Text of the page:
With an ever-increasing trove of real-time urban data streams, we are able to see precisely where, how, and at what times different parts of our cities become stitched together as hubs of mobility. By using these pervasive, interconnected, and "smart" technologies, we can begin to unravel the complexity of our travel patterns and identify how we can reduce the social and environmental costs embedded in our transportation systems. In HubCab we target taxicab services as a way to understand the linkages between our travel habits and the places we travel to and from most often.
HubCab is an interactive visualization that invites you to explore the ways in which over 170 million taxi trips connect the City of New York in a given year. This interface provides a unique insight into the inner workings of the city from the previously invisible perspective of the taxi system with a never before seen granularity. HubCab allows to investigate exactly how and when taxis pick up or drop off individuals and to identify zones of condensed pickup and dropoff activities. It allows you to navigate to the places where your taxi trips start and end and to discover how many other people in your area follow the same travel patterns. What do these visualizations tell us about collective mobility? How many of these cabs might you have been able to share with the people around you? And how might entertaining these questions be the first step in building a more efficient and cheaper taxi service?
The HubCab tool expands and changes the perception of urban space using a large-scale data set. Studying this data, we show in a scientific study  the vast potential of taxi shareability. Our analysis introduces the novel concept of "shareability networks" that allows for efficient modeling and optimization of the trip-sharing opportunities. This mathematical approach makes use of network densification effects and represents a substantial advance over the existing state-of-the-art solutions to social sharing problems. Significant improvements of such a shared system are expected to lead to less congestion in road traffic, less running costs and split fares, and to a less polluted, cleaner environment .
The sharing benefits displayed on the map refer to total fare savings to passengers, distance savings in travelled miles, and emission savings in kg of CO2 that come from potentially shared trips. Our research  shows that taxi sharing could reduce the number of trips by 40% with only minimal inconvenience to the passengers. Here we assume this 40% shareability rate, together with the following highly simplifying assumptions: A fare of 3.00$ + 2.50$/mi , using Rate Code 1 not accounting for low motion fares or special surcharges, and average CO2 emissions of 423g/mi . Traveled distance is simplified as linear distance.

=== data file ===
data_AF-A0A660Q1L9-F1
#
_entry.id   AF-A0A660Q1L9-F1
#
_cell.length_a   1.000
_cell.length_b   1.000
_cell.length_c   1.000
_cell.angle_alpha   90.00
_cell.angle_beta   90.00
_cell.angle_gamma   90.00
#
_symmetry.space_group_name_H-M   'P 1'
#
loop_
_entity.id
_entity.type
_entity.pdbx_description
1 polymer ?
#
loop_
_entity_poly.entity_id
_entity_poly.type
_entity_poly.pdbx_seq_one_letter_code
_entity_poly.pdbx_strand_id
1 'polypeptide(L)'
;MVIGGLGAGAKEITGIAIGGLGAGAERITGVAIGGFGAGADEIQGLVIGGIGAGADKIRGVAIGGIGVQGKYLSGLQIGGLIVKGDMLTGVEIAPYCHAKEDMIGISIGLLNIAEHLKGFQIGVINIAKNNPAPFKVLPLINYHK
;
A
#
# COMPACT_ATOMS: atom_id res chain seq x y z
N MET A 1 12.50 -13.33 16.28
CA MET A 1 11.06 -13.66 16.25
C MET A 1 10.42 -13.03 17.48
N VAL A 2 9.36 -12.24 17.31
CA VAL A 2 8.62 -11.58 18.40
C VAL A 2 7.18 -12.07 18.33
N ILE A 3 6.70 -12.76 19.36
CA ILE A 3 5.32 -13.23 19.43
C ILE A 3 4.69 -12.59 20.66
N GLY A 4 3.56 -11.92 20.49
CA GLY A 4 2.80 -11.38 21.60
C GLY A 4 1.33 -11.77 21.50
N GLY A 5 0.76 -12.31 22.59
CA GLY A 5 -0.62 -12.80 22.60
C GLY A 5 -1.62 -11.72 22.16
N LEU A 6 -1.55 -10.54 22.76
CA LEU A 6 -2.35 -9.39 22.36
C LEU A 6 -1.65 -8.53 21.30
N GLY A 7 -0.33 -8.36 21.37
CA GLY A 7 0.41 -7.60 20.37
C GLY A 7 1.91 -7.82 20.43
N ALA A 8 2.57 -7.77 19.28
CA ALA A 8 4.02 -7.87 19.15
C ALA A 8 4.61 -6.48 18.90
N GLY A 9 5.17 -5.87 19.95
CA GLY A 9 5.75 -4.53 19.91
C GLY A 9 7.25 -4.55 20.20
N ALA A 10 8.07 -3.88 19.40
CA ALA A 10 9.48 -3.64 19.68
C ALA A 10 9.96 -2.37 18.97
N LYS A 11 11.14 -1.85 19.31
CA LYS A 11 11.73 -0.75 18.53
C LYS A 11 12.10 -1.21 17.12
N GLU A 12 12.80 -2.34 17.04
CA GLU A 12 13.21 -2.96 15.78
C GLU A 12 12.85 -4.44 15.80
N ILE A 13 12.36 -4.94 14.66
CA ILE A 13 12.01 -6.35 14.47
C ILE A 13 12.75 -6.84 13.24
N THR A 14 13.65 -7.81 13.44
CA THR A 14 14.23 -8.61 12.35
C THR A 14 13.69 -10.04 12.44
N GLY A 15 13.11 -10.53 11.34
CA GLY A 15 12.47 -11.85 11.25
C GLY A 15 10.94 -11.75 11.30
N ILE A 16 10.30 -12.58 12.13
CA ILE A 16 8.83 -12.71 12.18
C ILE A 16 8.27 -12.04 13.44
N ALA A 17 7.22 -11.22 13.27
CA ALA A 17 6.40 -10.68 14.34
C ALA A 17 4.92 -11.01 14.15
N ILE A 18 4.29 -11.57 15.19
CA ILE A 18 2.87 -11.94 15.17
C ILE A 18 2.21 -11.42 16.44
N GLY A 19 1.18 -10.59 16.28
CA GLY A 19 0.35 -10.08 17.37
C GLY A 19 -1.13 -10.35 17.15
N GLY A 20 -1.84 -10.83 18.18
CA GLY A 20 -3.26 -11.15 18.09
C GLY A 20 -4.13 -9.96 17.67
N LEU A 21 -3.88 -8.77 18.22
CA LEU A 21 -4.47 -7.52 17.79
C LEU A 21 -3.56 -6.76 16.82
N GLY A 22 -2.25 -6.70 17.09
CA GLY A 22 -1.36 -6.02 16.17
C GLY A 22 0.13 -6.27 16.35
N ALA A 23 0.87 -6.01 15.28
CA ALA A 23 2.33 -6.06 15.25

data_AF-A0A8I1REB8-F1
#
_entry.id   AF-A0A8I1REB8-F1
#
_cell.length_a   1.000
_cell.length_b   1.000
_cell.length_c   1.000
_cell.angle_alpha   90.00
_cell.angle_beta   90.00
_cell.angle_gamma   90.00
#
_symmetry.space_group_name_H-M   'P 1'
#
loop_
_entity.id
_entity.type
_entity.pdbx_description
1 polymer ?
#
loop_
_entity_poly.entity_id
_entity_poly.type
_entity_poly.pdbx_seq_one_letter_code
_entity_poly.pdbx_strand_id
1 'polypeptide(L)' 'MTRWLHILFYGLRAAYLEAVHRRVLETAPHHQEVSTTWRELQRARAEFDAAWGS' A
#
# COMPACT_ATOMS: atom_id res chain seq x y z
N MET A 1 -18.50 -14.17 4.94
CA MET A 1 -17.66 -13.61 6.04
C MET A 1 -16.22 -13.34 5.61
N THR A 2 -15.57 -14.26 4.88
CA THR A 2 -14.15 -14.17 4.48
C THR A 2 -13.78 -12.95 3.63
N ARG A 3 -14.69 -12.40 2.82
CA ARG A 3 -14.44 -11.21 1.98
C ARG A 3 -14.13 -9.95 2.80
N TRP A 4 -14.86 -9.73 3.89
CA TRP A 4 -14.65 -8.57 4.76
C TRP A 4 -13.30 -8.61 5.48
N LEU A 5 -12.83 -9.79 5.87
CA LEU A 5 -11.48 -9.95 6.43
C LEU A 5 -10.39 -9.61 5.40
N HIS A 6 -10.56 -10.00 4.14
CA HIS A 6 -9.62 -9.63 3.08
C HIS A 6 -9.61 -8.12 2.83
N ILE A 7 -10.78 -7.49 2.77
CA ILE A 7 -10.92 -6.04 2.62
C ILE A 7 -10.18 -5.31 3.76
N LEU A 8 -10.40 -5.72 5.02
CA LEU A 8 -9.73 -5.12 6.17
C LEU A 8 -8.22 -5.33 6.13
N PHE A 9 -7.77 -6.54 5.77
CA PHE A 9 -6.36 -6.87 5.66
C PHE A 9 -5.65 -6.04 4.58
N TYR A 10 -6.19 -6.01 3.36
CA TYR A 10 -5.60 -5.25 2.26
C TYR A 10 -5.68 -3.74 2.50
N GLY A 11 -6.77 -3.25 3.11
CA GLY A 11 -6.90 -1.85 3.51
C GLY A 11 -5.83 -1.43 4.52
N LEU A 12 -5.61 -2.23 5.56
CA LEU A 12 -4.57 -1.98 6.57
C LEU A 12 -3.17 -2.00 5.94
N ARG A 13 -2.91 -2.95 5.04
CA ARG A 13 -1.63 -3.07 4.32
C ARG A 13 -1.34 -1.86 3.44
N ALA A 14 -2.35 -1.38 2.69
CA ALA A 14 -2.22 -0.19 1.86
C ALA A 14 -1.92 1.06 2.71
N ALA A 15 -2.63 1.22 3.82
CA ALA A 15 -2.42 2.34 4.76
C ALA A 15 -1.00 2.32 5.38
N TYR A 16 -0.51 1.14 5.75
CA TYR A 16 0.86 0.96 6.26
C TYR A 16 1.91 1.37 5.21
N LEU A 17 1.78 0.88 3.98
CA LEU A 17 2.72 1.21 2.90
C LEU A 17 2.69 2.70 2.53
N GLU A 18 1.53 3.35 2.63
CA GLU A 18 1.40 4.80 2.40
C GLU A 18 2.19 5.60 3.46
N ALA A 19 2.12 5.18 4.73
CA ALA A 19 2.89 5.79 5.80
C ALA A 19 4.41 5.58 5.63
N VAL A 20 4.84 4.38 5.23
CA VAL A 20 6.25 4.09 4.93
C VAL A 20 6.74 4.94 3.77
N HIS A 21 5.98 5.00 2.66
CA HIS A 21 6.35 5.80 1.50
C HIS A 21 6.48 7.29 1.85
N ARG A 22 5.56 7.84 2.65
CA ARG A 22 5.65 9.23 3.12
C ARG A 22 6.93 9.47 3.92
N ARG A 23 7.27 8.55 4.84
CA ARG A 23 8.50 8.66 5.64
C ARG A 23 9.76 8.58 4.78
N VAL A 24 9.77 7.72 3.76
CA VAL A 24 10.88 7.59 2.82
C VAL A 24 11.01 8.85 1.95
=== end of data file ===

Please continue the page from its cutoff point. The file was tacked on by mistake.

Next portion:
P. Santi, G. Resta, M. Szell, S. Sobolevsky, S. Strogatz, C. Ratti. Taxi pooling in New York City: a network-based approach to social sharing problems (2013)
 M. Szell, B. Groß. Hubcab - Taxi-Fahrgemeinschaften, digital erkundet. Die Stadt entschlüsseln, Bauwelt Fundamente, Birkhäuser. Eds: D. Offenhuber, C. Ratti (2013)
 NYC Taxi & Limousine Commision. Taxi Rate of Fare
 U.S. Environmental Protection Agency. Greenhouse Gas Emissions from a Typical Passenger Vehicle
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The material on this web site can be used freely in any publication provided that
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Screenshot of HubCab, showing pickups and drop offs of all 170 million taxi trips over one year in New York City.
Screenshot of HubCab, showing taxi flows and potential taxi sharing benefits between two locations in Manhattan.
Screenshot of HubCab, highlighting all taxi dropoff points in New York City of passengers who were picked up at Times Square daily between 12 PM and 3 PM.
Screenshot of HubCab, showing all taxi pickups and drop offs at JFK airport daily between 3AM and 6AM.
The basis of the HubCab tool is a data set of over 170 million taxi trips of all 13,500 Medallion taxis in New York City in 2011. The data set contains GPS coordinates of all pickup and drop off points and corresponding times.
Cartographic data of street shapes were obtained from OpenStreetMap. The streets were cut into over 200,000 street segments of 40m length each with a Python script and the help of the shapely Python library, and imported into a MongoDB. Pickup and drop off points were matched to the closest street segments. Street types unlikely to contain taxi drop offs or pickups, such as footpaths, trunks, service roads, etc. were not used in the matching process. Line widths of yellow and blue street segments on low zoom levels were styled on a logarithmic scale. The pickup and drop off points, represented as dots on the high zoom levels, were generated via an Arcpy script, being placed randomly within a box around a given street segment with the box width again following a logarithmic scale. GPX files of the dots were styled using Maperitive, then merged and amended for different zoom levels. The dots and street line files were layered together with MapBox, which is the platform that streams all the map content.